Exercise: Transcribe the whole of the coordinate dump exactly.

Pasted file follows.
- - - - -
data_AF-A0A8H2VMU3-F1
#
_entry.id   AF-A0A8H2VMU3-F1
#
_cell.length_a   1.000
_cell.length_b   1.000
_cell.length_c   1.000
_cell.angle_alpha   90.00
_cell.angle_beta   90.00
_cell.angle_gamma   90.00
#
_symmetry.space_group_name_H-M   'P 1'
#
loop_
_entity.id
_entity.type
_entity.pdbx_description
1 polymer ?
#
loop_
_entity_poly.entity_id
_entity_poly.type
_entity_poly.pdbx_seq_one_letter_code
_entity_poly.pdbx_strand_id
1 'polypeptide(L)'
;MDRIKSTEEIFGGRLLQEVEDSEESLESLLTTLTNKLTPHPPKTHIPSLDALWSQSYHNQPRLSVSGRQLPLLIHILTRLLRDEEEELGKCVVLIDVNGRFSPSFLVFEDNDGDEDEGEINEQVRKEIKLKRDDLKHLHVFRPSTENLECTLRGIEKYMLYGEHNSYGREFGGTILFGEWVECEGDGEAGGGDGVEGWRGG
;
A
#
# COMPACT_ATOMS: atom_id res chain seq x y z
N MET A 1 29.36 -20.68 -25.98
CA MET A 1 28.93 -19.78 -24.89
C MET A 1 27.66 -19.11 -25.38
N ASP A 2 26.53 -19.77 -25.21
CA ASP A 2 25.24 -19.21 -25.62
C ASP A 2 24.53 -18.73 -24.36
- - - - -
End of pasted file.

data_AF-A0A8H2VMU3-F1
#
_entry.id   AF-A0A8H2VMU3-F1
#
_cell.length_a   1.000
_cell.length_b   1.000
_cell.length_c   1.000
_cell.angle_alpha   90.00
_cell.angle_beta   90.00
_cell.angle_gamma   90.00
#
_symmetry.space_group_name_H-M   'P 1'
#
loop_
_entity.id
_entity.type
_entity.pdbx_description
1 polymer ?
#
loop_
_entity_poly.entity_id
_entity_poly.type
_entity_poly.pdbx_seq_one_letter_code
_entity_poly.pdbx_strand_id
1 'polypeptide(L)'
;MDRIKSTEEIFGGRLLQEVEDSEESLESLLTTLTNKLTPHPPKTHIPSLDALWSQSYHNQPRLSVSGRQLPLLIHILTRLLRDEEEELGKCVVLIDVNGRFSPSFLVFEDNDGDEDEGEINEQVRKEIKLKRDDLKHLHVFRPSTENLECTLRGIEKYMLYGEHNSYGREFGGTILFGEWVECEGDGEAGGGDGVEGWRGG
;
A
#
# COMPACT_ATOMS: atom_id res chain seq x y z
N MET A 1 29.36 -20.68 -25.98
CA MET A 1 28.93 -19.78 -24.89
C MET A 1 27.66 -19.11 -25.38
N ASP A 2 26.53 -19.77 -25.21
CA ASP A 2 25.24 -19.21 -25.62
C ASP A 2 24.53 -18.73 -24.36